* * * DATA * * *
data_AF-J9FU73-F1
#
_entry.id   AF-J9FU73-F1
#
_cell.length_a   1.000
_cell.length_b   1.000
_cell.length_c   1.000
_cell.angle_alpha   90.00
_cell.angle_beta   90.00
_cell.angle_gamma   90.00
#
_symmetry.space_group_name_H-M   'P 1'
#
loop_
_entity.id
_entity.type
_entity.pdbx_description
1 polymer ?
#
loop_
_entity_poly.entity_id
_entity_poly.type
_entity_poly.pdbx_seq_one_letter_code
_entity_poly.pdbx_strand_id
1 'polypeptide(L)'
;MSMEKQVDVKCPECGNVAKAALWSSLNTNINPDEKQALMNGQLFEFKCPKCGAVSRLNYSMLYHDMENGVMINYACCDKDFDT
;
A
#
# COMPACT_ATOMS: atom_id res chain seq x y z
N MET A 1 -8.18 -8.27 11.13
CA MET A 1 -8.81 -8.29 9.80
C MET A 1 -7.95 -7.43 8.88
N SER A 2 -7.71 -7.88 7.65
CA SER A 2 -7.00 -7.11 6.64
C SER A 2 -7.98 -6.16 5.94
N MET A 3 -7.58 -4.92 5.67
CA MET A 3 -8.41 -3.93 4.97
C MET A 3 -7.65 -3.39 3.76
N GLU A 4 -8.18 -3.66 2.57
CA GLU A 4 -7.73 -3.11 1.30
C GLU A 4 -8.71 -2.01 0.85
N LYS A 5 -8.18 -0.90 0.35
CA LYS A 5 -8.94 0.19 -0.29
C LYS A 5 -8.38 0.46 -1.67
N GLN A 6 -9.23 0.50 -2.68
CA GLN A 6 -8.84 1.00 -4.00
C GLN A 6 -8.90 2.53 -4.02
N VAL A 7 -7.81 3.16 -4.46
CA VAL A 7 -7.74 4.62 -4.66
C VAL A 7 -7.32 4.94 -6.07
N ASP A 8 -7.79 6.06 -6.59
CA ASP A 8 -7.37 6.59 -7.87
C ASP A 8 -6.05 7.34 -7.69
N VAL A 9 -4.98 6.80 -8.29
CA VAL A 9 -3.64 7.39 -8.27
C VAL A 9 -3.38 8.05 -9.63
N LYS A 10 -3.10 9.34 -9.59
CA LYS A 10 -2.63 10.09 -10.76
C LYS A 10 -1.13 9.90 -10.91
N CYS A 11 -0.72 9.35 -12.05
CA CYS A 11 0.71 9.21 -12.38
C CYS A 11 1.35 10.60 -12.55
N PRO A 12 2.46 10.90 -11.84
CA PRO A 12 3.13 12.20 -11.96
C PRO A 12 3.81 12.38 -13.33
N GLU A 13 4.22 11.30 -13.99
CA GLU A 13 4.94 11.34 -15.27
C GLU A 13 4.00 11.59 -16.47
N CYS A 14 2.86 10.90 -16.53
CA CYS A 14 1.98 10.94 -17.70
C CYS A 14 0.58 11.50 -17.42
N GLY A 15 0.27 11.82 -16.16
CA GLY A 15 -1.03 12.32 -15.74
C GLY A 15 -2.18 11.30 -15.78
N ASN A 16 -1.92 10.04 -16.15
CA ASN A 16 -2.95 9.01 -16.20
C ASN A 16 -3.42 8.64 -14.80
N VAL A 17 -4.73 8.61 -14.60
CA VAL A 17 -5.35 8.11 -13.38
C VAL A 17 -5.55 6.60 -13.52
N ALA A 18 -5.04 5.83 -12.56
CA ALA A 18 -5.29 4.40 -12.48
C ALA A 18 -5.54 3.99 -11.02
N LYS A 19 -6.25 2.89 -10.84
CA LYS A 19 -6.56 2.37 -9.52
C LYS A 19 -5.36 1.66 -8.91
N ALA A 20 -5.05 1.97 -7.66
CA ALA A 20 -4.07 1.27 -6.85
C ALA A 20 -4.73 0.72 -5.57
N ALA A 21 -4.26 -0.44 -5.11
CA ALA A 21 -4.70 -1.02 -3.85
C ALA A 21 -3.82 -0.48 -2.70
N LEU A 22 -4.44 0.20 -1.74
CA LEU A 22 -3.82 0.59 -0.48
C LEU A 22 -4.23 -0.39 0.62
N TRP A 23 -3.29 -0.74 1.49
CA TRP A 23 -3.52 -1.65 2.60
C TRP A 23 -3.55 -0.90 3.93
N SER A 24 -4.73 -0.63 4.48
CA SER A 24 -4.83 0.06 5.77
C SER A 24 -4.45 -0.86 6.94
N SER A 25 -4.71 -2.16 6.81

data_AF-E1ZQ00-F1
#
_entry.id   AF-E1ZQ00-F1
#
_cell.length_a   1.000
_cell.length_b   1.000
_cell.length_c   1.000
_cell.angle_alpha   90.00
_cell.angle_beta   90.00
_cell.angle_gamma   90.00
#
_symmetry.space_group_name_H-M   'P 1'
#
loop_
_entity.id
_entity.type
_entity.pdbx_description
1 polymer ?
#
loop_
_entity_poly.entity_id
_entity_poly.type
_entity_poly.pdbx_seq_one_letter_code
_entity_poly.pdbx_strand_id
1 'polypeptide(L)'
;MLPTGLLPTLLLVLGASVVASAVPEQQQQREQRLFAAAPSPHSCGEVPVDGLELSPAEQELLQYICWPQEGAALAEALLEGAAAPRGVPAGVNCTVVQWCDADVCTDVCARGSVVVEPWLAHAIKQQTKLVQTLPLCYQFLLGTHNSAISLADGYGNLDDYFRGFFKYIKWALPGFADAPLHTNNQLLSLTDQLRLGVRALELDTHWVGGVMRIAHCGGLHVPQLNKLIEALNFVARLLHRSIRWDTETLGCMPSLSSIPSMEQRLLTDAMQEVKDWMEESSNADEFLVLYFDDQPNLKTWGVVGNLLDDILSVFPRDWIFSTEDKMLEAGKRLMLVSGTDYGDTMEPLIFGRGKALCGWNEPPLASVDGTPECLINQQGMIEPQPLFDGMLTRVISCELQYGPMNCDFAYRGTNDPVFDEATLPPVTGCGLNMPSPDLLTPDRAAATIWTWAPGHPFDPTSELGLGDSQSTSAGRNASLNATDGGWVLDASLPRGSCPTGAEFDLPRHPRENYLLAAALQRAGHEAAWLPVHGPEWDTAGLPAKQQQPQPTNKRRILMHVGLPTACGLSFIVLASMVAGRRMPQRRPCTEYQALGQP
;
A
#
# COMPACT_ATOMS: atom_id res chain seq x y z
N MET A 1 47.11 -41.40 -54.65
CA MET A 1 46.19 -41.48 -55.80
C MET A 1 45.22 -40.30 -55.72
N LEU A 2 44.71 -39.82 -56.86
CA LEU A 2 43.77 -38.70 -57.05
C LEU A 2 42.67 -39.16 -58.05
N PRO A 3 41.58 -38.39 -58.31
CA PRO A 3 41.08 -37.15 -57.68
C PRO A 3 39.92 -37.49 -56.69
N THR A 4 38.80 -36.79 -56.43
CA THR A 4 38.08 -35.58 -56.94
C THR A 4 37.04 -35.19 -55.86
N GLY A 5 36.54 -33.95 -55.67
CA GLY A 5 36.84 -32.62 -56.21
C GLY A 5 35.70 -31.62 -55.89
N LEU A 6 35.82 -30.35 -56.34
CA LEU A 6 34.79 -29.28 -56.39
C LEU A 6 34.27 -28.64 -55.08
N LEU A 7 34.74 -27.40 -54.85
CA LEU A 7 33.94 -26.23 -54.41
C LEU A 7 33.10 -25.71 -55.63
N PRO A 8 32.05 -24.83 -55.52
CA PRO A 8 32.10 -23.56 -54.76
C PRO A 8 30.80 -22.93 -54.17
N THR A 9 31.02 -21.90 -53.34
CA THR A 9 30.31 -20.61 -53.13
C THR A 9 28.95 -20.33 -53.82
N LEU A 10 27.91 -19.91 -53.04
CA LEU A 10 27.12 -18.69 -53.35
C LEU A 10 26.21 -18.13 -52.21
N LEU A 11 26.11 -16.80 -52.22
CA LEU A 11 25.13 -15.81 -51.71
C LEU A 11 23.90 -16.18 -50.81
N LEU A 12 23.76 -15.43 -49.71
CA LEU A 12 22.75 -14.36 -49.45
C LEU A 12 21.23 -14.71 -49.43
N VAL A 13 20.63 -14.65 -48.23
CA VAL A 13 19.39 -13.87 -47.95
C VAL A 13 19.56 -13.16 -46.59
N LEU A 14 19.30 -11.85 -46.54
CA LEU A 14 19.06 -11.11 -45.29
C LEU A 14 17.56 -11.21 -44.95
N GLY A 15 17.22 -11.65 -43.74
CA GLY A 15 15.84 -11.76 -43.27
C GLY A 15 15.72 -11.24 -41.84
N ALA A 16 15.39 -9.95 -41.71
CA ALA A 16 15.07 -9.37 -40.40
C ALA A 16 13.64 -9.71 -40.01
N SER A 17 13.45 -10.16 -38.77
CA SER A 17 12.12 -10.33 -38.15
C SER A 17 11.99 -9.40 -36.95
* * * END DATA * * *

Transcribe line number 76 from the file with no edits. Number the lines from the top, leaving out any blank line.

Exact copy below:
N ASN A 16 -1.92 10.04 -16.15